Major capital projects identified in GO TO 2040, before the proposed update
This morning, the Chicago Metropolitan Agency for Planning's (CMAP) board discussed the proposed update to our GO TO 2040 regional plan. The update, which is scheduled for a vote on Wednesday, Oct. 8, would affirm the list of projects in the plan—including the Illiana Expressway, a project that MPC opposes. I testified before the board to remind them that the implications of this vote go beyond this one highway project: CMAP's ability to enforce a rational regional plan based on demonstrated need is at stake.
At the meeting, CMAP Board Chair Gerald Bennett proposed a motion which passed, requiring CMAP's Policy Committee to adhere to the same super-majority vote requirement that the CMAP board follows. Chair Bennett believes such an approach would make a divided vote, such as the one that added the Illiana to GO TO 2040, less likely in the future.
My full testimony below explains the rationale for this change:
For 80 years, the Metropolitan Planning Council has demonstrated the critical role planning plays in our region’s success and viability. We campaigned to merge CATS and NIPC to form a single agency responsible for land use and transportation planning. We all knew it wouldn’t be easy, but in the 10 years since, CMAP has proven it can be even more than the sum of its two parts, with GO TO 2040 incorporating housing issues, water quality, workforce and even local foods. CMAP’s board is charged with overseeing the implementation of that broad vision. However, due to an odd quirk the policy committee still serves as the MPO and has authority over the board. The charge of the policy committee, the vestiges of CATS, is to program transportation dollars. If the broader agenda of CMAP’s board can be over-ruled by the narrower agenda of the policy committee then the promise of CMAP will never be fulfilled. In October, you’re not merely voting on the plan update. You are setting a precedent that could hinder CMAP’s ability to enact a responsible, regional plan.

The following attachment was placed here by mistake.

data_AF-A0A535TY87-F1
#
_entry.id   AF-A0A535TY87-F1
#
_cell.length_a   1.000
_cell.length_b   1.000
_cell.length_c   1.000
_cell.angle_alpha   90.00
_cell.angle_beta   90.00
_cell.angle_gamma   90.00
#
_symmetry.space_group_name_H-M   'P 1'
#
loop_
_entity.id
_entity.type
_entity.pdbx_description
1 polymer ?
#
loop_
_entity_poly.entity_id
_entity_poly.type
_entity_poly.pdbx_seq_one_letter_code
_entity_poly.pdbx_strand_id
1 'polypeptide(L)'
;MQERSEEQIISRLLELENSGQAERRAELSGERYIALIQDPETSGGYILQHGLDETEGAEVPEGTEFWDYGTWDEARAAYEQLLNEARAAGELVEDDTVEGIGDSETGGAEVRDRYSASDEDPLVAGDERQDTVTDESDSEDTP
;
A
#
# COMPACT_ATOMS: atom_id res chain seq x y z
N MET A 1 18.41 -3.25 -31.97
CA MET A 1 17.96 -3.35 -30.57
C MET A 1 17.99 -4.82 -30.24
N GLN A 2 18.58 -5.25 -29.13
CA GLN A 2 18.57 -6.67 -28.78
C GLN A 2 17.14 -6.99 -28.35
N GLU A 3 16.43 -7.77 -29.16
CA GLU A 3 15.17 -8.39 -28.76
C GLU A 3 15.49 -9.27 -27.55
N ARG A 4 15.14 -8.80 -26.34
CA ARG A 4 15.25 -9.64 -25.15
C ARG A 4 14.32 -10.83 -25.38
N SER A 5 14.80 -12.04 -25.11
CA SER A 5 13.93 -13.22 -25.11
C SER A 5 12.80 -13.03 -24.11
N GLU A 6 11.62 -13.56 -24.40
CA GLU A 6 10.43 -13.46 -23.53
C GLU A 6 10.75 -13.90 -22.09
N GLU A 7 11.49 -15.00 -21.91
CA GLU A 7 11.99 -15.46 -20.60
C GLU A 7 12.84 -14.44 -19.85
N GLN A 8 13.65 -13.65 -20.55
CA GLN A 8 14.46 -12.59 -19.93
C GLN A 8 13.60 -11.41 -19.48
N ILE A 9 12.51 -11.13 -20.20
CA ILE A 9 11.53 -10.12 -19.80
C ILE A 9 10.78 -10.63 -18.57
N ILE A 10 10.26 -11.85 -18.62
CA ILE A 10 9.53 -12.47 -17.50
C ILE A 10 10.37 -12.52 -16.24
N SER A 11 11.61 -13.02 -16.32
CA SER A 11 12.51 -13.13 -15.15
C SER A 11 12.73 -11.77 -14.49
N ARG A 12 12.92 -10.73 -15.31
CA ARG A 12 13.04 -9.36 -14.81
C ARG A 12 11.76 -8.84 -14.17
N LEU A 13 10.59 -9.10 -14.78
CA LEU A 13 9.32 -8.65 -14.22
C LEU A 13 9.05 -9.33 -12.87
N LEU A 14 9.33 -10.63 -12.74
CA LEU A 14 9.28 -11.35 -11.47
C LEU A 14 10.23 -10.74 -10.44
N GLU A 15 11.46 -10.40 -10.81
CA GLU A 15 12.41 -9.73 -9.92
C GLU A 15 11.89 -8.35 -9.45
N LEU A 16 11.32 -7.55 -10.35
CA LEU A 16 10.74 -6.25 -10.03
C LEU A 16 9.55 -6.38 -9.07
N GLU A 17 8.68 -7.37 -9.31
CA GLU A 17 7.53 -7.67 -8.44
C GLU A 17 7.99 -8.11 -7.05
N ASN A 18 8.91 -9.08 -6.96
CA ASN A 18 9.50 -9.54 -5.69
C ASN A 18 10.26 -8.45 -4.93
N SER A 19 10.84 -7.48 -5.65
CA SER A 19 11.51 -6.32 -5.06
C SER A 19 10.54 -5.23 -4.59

In September of 2013, MPC made our opposition to the Illiana expressway clear. Since that time, nothing has changed to make us change our mind. In fact, time has only proven the accuracy of our concerns. When the Illiana was proposed, MPC stated that the risk of the project would fall on the taxpayers of Illinois, as it was clear that toll projections would not cover the true and complete cost of the roadway. Since then, the State has confirmed that it is seeking an availability model where the funds to pay for the project would be secured by state dollars. At the end of session last year, the State tried to pass legislation putting the repayment of the Illiana above all other capital projects for the state. Fortunately, the measure failed.
The Illiana experience has also taught us that the region must abide by its strong performance measures and stand as a national leader for project selection.
CMAP has been lauded as a national example for strong regional performance measures. National researchers have sought to better understand how CMAP evaluates Major Capital Projects in light of economic development, environmental impact and improvements to social equity, in addition to the traditional transportation measures of safety, facility condition and travel time. CMAP’s performance measures have been touted as a model to Congress as it debates national legislation to guide the flow of billions in federal dollars toward transportation projects across the country. The last federal bill, MAP-21, made some progress incorporating performance measures but it is widely believed that more can and should be done when the surface transportation program is re-authorized next year. When the CMAP board considers the plan update, we recommend they take the opportunity to reassert the important, multi-dimensional goals expressed through their adopted performance measures and oppose the inclusion of the Illiana. It no better advances the goals of the plan today than it did a year ago when this body voted it down.
Executive Vice President